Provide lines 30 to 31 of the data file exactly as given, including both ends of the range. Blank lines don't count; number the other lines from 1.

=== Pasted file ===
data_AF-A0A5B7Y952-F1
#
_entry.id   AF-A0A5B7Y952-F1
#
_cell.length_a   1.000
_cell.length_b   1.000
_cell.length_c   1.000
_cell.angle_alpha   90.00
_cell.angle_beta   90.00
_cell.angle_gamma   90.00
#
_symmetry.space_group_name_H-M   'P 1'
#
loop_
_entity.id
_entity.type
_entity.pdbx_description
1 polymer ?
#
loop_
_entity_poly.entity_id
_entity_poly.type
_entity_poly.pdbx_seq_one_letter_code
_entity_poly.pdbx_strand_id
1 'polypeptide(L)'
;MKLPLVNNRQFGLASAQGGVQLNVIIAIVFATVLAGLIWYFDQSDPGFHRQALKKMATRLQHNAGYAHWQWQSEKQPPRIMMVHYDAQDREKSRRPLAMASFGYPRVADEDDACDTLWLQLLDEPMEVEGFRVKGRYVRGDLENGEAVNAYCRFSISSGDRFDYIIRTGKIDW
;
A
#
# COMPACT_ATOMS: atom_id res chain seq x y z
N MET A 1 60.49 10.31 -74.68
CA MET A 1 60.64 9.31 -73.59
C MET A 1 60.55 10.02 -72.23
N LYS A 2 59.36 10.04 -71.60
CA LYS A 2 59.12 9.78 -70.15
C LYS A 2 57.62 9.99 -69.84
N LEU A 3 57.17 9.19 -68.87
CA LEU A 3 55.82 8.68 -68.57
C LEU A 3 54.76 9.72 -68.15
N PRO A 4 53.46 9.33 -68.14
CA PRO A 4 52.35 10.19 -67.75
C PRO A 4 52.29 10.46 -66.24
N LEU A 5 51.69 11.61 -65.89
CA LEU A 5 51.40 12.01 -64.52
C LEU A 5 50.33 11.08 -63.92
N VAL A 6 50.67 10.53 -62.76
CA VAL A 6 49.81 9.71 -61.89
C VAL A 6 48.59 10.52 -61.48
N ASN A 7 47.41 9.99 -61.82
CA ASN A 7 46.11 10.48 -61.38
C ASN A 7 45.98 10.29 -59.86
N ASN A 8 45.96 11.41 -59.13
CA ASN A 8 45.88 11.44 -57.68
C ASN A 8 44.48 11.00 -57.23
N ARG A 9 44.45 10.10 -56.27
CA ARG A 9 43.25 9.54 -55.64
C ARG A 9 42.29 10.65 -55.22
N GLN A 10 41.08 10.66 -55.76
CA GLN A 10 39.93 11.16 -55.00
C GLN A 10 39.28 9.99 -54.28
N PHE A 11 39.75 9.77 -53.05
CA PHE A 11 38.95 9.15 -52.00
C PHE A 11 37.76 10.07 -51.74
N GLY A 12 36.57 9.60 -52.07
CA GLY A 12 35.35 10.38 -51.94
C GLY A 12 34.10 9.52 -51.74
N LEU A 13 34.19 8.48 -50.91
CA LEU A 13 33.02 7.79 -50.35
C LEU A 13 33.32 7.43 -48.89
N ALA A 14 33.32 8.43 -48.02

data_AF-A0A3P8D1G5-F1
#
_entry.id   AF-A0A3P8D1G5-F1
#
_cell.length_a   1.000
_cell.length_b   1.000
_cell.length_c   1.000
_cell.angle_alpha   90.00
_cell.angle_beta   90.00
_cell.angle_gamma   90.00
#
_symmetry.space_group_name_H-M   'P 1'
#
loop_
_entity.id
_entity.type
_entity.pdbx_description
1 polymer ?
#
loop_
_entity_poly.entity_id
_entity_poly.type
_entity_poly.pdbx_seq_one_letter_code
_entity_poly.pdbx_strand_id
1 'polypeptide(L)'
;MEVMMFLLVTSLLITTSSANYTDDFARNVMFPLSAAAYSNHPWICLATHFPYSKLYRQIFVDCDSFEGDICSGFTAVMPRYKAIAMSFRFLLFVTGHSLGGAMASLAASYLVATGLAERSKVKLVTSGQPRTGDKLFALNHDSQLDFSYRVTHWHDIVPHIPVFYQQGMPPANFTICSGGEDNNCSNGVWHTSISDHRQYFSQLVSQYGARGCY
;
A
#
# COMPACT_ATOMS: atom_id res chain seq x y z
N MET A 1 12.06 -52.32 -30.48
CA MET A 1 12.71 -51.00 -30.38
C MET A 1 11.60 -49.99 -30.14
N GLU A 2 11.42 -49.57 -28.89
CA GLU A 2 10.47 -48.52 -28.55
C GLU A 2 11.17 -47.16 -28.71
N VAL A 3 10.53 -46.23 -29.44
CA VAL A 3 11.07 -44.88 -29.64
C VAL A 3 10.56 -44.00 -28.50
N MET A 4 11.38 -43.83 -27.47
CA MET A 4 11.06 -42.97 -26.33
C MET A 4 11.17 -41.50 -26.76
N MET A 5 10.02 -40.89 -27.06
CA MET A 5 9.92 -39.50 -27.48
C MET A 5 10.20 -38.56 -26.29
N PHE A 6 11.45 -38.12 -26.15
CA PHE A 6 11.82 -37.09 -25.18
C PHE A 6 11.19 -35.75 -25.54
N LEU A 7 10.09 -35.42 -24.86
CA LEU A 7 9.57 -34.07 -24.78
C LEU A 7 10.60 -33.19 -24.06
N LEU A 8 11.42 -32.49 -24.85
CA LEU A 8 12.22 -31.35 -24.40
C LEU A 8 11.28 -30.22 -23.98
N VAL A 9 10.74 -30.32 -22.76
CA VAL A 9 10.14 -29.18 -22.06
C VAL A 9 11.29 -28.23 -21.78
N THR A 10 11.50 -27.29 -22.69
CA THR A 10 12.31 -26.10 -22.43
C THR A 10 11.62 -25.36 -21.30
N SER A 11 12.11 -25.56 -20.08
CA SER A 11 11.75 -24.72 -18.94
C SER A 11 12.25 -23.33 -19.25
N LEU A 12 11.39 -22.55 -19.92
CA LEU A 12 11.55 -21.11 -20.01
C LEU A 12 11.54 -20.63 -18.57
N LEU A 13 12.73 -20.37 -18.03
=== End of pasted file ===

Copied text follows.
# COMPACT_ATOMS: atom_id res chain seq x y z
N MET A 1 60.49 10.31 -74.68